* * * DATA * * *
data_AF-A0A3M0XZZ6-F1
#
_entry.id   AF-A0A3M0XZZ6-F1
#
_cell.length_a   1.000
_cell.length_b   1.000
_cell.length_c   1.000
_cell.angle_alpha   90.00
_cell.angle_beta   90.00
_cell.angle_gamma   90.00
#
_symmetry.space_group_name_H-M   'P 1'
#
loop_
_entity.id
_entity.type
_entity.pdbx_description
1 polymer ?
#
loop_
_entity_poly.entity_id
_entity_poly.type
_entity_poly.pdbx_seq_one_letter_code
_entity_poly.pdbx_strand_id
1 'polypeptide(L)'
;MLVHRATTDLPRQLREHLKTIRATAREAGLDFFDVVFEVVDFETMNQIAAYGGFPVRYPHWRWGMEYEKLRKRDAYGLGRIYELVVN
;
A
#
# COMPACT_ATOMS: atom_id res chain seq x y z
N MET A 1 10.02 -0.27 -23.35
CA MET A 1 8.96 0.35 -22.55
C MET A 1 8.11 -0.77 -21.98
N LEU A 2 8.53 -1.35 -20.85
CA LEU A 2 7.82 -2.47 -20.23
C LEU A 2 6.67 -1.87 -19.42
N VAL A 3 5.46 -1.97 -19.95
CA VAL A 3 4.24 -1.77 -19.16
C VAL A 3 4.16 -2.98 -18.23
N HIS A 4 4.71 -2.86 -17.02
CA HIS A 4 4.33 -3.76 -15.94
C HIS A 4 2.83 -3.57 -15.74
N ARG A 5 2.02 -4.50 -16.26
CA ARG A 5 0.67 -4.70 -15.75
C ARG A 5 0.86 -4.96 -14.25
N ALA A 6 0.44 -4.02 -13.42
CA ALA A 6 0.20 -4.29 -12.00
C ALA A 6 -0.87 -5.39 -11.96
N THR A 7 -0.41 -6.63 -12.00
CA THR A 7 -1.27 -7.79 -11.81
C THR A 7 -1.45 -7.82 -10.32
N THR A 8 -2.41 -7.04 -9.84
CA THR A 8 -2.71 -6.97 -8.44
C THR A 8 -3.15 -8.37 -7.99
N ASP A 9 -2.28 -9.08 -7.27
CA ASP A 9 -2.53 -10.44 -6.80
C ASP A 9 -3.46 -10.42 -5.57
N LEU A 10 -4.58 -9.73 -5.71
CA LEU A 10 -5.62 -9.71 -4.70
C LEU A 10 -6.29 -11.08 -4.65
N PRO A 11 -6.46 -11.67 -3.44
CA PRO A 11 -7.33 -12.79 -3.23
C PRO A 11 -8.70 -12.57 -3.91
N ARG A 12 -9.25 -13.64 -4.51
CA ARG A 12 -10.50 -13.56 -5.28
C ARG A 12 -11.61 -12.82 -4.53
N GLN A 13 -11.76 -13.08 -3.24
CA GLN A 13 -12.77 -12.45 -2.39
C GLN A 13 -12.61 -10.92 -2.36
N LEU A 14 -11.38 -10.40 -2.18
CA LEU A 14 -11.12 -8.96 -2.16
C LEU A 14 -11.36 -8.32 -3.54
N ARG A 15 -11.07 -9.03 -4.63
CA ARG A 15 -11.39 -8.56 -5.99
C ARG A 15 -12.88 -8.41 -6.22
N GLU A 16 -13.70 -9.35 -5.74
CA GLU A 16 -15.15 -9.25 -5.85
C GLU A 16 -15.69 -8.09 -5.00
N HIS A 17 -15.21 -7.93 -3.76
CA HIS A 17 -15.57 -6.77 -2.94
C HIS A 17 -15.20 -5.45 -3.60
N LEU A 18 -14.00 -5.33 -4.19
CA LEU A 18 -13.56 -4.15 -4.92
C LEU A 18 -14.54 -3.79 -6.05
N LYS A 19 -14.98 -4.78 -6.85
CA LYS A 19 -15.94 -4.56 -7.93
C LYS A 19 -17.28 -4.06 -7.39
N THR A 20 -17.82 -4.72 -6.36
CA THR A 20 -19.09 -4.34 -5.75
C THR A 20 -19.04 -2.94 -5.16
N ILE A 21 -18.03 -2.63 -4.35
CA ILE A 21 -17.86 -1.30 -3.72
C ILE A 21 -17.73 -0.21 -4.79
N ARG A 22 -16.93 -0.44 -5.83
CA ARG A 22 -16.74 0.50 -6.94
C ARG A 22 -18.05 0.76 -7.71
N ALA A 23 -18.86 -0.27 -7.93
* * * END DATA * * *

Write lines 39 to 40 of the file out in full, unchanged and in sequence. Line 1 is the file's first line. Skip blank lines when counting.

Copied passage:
C VAL A 3 4.16 -2.98 -18.23
N HIS A 4 4.71 -2.86 -17.02